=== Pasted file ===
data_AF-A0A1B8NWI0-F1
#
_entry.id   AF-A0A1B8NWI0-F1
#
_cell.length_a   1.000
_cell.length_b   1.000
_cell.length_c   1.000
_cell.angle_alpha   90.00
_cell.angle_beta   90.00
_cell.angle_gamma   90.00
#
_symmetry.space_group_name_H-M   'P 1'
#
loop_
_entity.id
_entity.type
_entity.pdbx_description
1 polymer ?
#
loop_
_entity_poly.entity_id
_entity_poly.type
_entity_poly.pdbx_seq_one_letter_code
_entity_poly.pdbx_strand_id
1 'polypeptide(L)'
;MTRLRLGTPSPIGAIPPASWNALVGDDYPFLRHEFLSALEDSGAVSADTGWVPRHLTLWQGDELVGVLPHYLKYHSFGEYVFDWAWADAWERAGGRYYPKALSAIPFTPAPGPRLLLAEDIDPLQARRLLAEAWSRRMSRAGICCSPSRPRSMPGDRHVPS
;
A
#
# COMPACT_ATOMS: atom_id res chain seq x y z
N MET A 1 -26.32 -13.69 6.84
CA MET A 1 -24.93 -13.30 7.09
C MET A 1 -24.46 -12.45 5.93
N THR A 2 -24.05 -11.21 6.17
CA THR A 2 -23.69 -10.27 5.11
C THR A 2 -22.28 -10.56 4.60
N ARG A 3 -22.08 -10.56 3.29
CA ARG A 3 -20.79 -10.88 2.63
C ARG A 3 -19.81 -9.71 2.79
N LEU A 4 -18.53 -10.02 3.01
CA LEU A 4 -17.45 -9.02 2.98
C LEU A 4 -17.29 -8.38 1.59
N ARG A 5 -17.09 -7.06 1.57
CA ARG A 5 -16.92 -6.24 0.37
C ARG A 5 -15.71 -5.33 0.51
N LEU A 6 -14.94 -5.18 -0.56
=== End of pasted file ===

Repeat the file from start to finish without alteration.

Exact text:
data_AF-A0A1B8NWI0-F1
#
_entry.id   AF-A0A1B8NWI0-F1
#
_cell.length_a   1.000
_cell.length_b   1.000
_cell.length_c   1.000
_cell.angle_alpha   90.00
_cell.angle_beta   90.00
_cell.angle_gamma   90.00
#
_symmetry.space_group_name_H-M   'P 1'
#
loop_
_entity.id
_entity.type
_entity.pdbx_description
1 polymer ?
#
loop_
_entity_poly.entity_id
_entity_poly.type
_entity_poly.pdbx_seq_one_letter_code
_entity_poly.pdbx_strand_id
1 'polypeptide(L)'
;MTRLRLGTPSPIGAIPPASWNALVGDDYPFLRHEFLSALEDSGAVSADTGWVPRHLTLWQGDELVGVLPHYLKYHSFGEYVFDWAWADAWERAGGRYYPKALSAIPFTPAPGPRLLLAEDIDPLQARRLLAEAWSRRMSRAGICCSPSRPRSMPGDRHVPS
;
A
#
# COMPACT_ATOMS: atom_id res chain seq x y z
N MET A 1 -26.32 -13.69 6.84
CA MET A 1 -24.93 -13.30 7.09
C MET A 1 -24.46 -12.45 5.93
N THR A 2 -24.05 -11.21 6.17
CA THR A 2 -23.69 -10.27 5.11
C THR A 2 -22.28 -10.56 4.60
N ARG A 3 -22.08 -10.56 3.29
CA ARG A 3 -20.79 -10.88 2.63
C ARG A 3 -19.81 -9.71 2.79
N LEU A 4 -18.53 -10.02 3.01
CA LEU A 4 -17.45 -9.02 2.98
C LEU A 4 -17.29 -8.38 1.59
N ARG A 5 -17.09 -7.06 1.57
CA ARG A 5 -16.92 -6.24 0.37
C ARG A 5 -15.71 -5.33 0.51
N LEU A 6 -14.94 -5.18 -0.56